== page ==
In the 11th century, the Bass Rock became a strategic stronghold due to its inaccessibility. It is thought that King Malcolm III of Scotland (1058 to 1093) granted the island, along with a castle, to Walter Stewart. The Lawedre (Lauder Family) eventually inherited the island and the castle, now known as the Bass Rock Castle, in the 14th century. Sir Robert Lauder (1440-1508), known as Sir Robert Lauder of the Bass, a key figure in Scottish history, became the owner of the Bass Rock.
The Lauders were allies of the the Scottish kings of the period and from the 15th Century the island was often used as a prison to house political prisoners.
During the Commonwealth period, Bass Rock was seized by the forces of Oliver Cromwell, and from 1691 the island was used a prison for over 100 royalists and covenanters (those who supported the primacy of the Presbyterian Church of Scotland).
In the 1706, Bass Rock was purchased by Sir Hew Hamilton-Dalrymple, a Scottish baronet, and it remains under the ownership of the Hamilton-Dalrymple Family today.
The excellent video below features drone footage over the island, showing the fortifications and other signs of human habitation.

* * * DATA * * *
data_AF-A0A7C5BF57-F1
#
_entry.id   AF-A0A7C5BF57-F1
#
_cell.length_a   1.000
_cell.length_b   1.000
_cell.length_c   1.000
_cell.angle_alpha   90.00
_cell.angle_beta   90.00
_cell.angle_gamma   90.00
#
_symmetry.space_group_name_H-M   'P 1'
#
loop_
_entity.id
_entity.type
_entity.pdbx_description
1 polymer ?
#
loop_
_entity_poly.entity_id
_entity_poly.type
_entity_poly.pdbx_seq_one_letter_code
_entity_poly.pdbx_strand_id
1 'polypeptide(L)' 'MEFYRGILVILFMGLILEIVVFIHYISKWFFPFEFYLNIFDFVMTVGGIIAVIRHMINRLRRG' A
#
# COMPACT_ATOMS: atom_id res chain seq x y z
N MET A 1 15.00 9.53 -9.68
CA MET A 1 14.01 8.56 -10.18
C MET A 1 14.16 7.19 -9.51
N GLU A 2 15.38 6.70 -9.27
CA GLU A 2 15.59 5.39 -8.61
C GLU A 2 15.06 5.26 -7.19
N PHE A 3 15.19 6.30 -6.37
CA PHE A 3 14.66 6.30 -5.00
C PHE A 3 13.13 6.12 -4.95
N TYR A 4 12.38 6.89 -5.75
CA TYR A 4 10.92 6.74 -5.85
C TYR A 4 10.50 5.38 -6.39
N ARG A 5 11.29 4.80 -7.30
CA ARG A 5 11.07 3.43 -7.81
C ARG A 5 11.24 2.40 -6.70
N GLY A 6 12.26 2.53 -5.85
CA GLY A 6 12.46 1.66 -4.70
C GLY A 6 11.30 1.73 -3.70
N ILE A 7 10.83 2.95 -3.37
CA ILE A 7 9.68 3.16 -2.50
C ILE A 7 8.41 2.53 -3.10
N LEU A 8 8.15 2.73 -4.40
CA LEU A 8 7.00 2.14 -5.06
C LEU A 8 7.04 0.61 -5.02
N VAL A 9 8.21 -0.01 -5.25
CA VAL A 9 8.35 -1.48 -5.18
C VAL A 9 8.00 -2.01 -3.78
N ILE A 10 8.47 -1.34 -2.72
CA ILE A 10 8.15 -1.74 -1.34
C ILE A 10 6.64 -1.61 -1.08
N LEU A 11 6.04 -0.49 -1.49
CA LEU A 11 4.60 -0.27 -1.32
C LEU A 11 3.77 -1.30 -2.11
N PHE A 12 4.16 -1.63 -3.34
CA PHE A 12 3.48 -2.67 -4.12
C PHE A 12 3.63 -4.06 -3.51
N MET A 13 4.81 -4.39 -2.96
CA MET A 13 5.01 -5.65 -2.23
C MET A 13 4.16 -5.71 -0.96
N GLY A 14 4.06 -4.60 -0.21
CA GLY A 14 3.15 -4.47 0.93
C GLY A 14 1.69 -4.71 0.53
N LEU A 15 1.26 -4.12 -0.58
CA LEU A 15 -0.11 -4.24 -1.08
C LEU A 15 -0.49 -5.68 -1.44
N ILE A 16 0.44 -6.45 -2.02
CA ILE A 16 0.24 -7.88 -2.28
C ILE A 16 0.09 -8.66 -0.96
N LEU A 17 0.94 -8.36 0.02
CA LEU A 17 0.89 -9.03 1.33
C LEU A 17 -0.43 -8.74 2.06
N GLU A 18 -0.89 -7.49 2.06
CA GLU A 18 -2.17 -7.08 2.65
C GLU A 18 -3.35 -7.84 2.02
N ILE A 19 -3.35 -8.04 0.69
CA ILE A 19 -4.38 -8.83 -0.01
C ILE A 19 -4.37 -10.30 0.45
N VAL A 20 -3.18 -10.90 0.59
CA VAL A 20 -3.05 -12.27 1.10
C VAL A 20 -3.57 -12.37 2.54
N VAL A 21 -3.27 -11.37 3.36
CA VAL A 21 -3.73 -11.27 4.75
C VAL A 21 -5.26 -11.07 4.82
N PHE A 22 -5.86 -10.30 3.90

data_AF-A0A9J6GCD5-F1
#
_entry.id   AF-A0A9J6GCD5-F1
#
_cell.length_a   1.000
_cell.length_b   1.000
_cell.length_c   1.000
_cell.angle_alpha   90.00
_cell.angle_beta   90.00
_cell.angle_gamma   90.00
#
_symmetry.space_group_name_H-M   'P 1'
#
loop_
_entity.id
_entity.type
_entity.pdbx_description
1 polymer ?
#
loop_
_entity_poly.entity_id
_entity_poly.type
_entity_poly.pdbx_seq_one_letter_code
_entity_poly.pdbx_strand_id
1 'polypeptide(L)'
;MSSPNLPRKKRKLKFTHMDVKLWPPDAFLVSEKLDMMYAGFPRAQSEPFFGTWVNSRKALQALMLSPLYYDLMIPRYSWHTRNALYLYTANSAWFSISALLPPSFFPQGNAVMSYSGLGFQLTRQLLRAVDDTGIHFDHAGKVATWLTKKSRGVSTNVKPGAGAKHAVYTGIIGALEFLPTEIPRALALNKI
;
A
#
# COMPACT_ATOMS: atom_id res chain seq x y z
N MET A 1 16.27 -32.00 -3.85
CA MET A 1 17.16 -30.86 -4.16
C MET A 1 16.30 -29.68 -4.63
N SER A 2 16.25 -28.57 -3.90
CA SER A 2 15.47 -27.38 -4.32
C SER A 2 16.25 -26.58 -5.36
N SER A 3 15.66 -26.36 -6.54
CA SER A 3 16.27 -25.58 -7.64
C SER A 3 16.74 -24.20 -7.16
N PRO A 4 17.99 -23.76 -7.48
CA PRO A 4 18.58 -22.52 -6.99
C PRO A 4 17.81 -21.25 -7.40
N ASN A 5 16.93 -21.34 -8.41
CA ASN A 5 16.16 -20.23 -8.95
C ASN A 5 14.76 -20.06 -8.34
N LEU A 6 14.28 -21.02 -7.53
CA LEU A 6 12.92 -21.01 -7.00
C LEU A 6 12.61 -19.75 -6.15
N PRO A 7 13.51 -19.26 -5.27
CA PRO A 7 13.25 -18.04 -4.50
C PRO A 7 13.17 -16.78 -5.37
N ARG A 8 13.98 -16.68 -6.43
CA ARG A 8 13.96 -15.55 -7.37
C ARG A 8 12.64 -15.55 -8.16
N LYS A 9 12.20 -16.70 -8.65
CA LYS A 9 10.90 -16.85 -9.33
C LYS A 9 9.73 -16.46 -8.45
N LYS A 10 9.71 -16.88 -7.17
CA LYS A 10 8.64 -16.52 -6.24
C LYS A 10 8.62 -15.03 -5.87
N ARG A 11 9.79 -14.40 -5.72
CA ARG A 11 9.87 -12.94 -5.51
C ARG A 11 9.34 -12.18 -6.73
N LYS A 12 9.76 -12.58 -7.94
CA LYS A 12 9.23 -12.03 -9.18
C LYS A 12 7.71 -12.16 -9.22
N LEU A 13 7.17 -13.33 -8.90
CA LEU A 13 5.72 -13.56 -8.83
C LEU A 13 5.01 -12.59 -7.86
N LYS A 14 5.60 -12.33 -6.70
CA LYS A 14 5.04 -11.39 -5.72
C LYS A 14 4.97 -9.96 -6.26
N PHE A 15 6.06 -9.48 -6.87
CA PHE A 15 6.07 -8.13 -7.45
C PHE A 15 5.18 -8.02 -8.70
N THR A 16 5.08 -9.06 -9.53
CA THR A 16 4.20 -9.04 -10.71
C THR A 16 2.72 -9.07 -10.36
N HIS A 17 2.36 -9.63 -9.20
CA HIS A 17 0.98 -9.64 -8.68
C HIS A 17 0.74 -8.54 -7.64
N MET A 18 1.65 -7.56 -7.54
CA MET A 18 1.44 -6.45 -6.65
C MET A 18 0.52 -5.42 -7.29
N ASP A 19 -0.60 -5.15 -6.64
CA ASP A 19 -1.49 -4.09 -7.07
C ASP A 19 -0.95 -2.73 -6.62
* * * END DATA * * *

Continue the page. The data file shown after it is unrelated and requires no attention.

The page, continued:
The Gannets of Bass Rock
Bass Rock is now a nature reserve and houses what is reported to be the world’s largest colony of northern gannets. In fact the scientific name for these birds, Sula bassana, references their association with the Bass.
In the summer months the island shimmers white in the sunlight, as a result of being covered completely by the 150,000 strong colony of gannets (and their droppings).
Traditionally, gannets were a source of food for locals, the chicks were considered a delicacy and the eggs were harvested.
Now, the island and its inhabitants are protected. They are watched over by the cameras of the Scottish Seabird Centre at North Berwick Harbour, which enable visitors to see the birds in situ, without disturbing their nesting grounds.
Frequently Asked Questions
Can you visit Bass Rock?
You can visit Bass Rock, but you cannot land on the Island. The Bass is now a protected nature reserve and, only accessible by those with special permission. However, you can take a boat trip to Bass Rock, as noted below.